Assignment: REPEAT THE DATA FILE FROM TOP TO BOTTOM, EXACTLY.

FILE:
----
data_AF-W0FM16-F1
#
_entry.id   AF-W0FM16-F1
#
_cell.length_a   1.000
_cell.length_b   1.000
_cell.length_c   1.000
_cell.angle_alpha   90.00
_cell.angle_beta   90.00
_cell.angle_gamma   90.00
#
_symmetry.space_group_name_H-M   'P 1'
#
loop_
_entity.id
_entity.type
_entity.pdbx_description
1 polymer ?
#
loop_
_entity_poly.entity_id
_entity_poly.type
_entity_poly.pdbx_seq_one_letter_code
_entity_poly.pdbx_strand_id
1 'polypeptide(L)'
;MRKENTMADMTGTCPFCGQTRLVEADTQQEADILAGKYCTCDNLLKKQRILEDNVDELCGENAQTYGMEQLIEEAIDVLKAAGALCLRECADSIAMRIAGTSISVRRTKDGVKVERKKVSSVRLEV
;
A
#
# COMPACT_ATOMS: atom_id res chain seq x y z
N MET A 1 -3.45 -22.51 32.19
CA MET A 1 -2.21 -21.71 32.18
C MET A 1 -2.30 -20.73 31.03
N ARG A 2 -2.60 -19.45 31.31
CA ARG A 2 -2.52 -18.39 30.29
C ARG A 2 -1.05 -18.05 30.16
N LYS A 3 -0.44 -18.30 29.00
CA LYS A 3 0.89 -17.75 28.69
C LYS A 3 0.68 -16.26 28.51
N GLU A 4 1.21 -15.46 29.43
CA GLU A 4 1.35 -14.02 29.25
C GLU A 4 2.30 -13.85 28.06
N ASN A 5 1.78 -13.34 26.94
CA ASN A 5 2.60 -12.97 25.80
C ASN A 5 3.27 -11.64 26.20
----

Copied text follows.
data_AF-W0FM16-F1
#
_entry.id   AF-W0FM16-F1
#
_cell.length_a   1.000
_cell.length_b   1.000
_cell.length_c   1.000
_cell.angle_alpha   90.00
_cell.angle_beta   90.00
_cell.angle_gamma   90.00
#
_symmetry.space_group_name_H-M   'P 1'
#
loop_
_entity.id
_entity.type
_entity.pdbx_description
1 polymer ?
#
loop_
_entity_poly.entity_id
_entity_poly.type
_entity_poly.pdbx_seq_one_letter_code
_entity_poly.pdbx_strand_id
1 'polypeptide(L)'
;MRKENTMADMTGTCPFCGQTRLVEADTQQEADILAGKYCTCDNLLKKQRILEDNVDELCGENAQTYGMEQLIEEAIDVLKAAGALCLRECADSIAMRIAGTSISVRRTKDGVKVERKKVSSVRLEV
;
A
#
# COMPACT_ATOMS: atom_id res chain seq x y z
N MET A 1 -3.45 -22.51 32.19
CA MET A 1 -2.21 -21.71 32.18
C MET A 1 -2.30 -20.73 31.03
N ARG A 2 -2.60 -19.45 31.31
CA ARG A 2 -2.52 -18.39 30.29
C ARG A 2 -1.05 -18.05 30.16
N LYS A 3 -0.44 -18.30 29.00
CA LYS A 3 0.89 -17.75 28.69
C LYS A 3 0.68 -16.26 28.51
N GLU A 4 1.21 -15.46 29.43
CA GLU A 4 1.35 -14.02 29.25
C GLU A 4 2.30 -13.85 28.06
N ASN A 5 1.78 -13.34 26.94
CA ASN A 5 2.60 -12.97 25.80
C ASN A 5 3.27 -11.64 26.20